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Nuggets reveal "simple" formula to early-season success on the road

Harrison Wind Avatar
December 26, 2018

There’s no secret formula to the early-season success that the Nuggets have found away from Pepsi Center this year.

Through 31 games, Denver has already banked eight road wins. Last year, the Nuggets didn’t see their eighth victory away from home come until Feb. 10.

“It’s fairly simple,” said Nuggets coach Michael Malone. “The defense has been constant this year.”

While the Nuggets’ top-10 offense has been around league average away from home (16th overall), their defense has traveled. Denver is limiting its opponent to 107.9 points per 100 possessions on the road this season, good for the 11th-best mark in the league. A year ago, the Nuggets gave up 112.7 points per 100 possessions away from Pepsi Center, a mark which slotted Denver’s road defense 29th overall.

It’s a peek into the new-found identity that’s powered the Nuggets to a 21-10 start this season and the top spot in the Western Conference. Denver enters Wednesday night’s matchup in San Antonio — where the Nuggets haven’t won since March 4, 2012 when Ty Lawson paced Denver with 22 points and Kawhi Leonard was a rookie coming off the Spurs’ bench — two full games up in the loss column on the second-place Warriors. On the season, Denver’s defense is holding steady at seventh overall and just 0.3 points per 100 possessions behind the fifth-ranked defensive team in the league, the Milwaukee Bucks.

“We’re bringing a little of our Denver Nuggets basketball (on the road),” said Nikola Jokic, who’s playing the best defense of his career.

It’s not rocket science either. Only six teams — the Celtics, Lakers, Kings, Knicks, Pacers, Heat and Hawks — are posting better offensive numbers on the road than at home this season. It’s not uncommon for offenses, especially ones that rely on as much player movement as the Nuggets’ does, to grind to a halt away from home where shots aren’t falling at the rate they do in arenas where teams like Denver are more accustomed to playing. Fatigue from exhausting road trips and lengthy plane rides start to set in as well. That’s where the Nuggets’ stout defense is supplying the firepower their offense has sometimes lacked.

Denver has already banked impressive road wins this season in Oklahoma City, Toronto and Portland, locales where the Thunder, Raptors and Trail Blazers have combined to lose just 13 games all season.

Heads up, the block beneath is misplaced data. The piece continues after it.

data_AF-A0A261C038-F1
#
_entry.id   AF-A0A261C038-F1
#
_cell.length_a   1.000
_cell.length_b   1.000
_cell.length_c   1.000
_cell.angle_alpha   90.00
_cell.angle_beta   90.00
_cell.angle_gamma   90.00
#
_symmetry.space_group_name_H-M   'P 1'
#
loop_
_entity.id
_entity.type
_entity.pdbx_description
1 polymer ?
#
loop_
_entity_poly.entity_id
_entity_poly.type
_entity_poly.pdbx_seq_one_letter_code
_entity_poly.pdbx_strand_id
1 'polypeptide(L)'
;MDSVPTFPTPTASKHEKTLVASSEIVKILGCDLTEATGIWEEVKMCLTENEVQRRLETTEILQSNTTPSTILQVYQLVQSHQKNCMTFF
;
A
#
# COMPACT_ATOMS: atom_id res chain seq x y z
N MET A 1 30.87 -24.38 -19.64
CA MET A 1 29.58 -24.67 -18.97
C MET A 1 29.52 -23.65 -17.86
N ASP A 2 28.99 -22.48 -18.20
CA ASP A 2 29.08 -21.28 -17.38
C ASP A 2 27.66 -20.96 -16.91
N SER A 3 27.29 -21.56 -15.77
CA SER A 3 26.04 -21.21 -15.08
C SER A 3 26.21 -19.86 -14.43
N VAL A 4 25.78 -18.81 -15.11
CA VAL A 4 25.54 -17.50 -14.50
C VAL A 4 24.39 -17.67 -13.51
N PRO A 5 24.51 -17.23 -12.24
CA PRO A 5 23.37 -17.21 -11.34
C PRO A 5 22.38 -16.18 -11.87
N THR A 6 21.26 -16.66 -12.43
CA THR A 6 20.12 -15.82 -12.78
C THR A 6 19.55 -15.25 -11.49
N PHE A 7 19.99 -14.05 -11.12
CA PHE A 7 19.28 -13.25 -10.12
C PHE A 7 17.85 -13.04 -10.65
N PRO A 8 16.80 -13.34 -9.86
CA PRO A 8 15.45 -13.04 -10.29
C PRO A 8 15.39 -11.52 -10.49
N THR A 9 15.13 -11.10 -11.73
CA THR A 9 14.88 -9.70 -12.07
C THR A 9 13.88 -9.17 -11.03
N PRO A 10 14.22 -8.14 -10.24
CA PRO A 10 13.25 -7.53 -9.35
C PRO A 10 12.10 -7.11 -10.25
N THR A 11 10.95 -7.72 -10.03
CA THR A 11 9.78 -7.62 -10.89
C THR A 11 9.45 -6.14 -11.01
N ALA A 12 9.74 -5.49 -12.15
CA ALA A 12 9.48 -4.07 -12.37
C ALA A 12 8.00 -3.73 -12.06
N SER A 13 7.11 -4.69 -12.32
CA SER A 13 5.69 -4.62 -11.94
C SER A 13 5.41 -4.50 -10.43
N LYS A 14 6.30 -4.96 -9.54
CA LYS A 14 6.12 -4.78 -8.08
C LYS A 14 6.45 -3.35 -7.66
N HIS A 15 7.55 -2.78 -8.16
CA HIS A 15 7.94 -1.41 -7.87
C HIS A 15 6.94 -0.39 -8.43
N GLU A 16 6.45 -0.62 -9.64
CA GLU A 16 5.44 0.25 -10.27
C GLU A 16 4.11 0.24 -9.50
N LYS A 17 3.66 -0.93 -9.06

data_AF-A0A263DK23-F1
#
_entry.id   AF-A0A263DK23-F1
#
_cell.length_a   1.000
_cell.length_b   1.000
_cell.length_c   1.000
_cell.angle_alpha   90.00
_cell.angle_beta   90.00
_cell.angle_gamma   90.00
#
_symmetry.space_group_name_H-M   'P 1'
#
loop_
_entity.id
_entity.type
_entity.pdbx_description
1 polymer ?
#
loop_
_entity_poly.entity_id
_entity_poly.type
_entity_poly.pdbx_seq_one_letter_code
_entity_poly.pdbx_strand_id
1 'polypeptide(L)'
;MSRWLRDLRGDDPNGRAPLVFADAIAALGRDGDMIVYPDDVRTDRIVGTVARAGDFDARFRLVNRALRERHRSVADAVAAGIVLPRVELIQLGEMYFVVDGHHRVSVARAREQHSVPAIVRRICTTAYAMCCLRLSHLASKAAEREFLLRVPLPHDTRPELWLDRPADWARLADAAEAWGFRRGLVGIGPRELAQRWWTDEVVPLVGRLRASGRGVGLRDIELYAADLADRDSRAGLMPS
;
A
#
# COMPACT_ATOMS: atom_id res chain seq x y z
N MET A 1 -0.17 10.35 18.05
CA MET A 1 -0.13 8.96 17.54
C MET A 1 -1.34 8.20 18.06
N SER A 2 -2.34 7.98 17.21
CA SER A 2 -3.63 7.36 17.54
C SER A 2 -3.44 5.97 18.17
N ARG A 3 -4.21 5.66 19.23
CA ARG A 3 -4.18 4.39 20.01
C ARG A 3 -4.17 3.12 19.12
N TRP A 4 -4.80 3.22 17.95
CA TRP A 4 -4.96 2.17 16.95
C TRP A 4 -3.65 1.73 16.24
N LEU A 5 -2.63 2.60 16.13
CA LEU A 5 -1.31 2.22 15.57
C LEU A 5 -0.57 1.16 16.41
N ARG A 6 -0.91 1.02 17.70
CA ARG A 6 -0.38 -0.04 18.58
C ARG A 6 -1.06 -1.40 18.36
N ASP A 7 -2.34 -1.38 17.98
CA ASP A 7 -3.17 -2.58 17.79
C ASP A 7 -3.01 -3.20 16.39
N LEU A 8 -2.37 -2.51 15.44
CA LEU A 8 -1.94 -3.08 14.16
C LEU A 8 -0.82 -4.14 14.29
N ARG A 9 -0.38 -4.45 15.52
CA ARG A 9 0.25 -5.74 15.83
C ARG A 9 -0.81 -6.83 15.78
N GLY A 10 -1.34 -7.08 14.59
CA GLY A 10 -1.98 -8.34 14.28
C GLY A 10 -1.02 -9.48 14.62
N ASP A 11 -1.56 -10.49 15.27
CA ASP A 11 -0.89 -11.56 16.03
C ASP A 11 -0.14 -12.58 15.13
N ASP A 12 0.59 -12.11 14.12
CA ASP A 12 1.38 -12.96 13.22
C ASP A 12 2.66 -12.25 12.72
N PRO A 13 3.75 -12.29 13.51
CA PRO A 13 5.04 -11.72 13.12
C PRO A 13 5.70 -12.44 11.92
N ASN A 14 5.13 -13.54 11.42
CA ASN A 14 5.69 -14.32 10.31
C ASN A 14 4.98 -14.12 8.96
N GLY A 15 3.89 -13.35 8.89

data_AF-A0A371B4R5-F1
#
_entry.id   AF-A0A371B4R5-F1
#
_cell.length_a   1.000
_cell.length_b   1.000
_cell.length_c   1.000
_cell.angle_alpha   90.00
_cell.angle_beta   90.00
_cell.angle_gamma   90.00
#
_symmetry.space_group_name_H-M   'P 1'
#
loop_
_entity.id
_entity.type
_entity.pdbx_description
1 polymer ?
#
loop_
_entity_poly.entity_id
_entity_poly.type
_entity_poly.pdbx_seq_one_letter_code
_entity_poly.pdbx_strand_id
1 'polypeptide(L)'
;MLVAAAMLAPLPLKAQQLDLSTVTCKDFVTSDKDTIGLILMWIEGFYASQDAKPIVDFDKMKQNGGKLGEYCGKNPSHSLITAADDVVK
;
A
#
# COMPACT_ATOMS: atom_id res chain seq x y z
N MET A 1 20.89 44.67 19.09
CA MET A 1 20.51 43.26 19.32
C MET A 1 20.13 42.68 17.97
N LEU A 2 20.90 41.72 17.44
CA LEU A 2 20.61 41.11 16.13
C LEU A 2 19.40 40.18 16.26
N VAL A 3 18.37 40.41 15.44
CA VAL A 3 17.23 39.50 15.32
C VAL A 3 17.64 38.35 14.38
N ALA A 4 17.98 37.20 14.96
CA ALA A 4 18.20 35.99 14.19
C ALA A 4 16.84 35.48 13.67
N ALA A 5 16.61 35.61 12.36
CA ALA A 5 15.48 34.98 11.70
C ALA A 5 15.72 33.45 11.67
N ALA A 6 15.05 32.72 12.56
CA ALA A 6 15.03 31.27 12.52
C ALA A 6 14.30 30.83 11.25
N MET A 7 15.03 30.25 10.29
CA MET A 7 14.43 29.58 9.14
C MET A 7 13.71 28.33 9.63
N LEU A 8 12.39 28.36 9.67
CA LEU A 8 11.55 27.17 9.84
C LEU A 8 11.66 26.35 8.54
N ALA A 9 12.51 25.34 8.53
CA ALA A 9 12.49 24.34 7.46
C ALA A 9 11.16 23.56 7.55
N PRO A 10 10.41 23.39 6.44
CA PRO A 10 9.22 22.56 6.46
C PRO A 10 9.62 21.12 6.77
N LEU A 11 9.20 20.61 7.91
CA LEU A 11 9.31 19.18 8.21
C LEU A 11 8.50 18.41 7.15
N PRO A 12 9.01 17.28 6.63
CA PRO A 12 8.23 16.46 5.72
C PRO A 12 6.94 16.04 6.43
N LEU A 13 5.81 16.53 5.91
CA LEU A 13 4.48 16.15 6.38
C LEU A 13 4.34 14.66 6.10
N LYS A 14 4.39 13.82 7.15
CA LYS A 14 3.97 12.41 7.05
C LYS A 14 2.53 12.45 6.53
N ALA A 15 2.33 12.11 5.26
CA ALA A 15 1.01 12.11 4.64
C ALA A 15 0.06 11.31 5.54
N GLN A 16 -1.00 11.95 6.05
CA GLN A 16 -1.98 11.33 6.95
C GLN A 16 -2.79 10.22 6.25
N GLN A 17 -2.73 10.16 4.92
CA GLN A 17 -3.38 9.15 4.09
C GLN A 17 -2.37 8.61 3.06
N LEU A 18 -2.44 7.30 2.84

The Nuggets are heading into road games with more confidence too, a precedent that was set on opening night in Los Angeles against a playoff-caliber Clippers team that has lost at Staples Center only four times this year. That night Denver came back from an eight-point fourth-quarter deficit to stun the Clippers on their home court, showing a perseverance to battle back from second-half deficits that wasn’t there a season ago.

“I don’t know how many times we would have won that game last year,” Malone said.

With eight road wins through 15 games, the Nuggets are well on their way to the goal of 22 victories away from home — a number Denver outlined this summer as a prerequisite it would need to hit if the Nuggets wanted to break their five-year postseason drought. Why 22? It’s the average number of road wins that the eight teams who qualified for the postseason in the Western Conference won last season.

To stay on pace to reach that 22-win threshold on the road, Denver needs to reverse course from how its played over the last few weeks. The Nuggets have lost three straight away from home, and over their last two matchups (a home win versus Dallas and a road loss to the Clippers) have given up 118 and 132 points. As of late, the Nuggets have looked more like last season’s bottom-10 defense and less like this year’s team that is the second-best three-point defense in the league, perhaps alluding to just how big of a difference Paul Millsap, who’s missed Denver’s last six games with a fractured big toe, makes on a night-to-night basis.

Even without Millsap, Denver is confident it can flip its recent script.

“We’re just taking on the challenge,” said Monte Morris. “We’re all bought in. Everybody knows the goal once we leave the locker room and head on the floor.”

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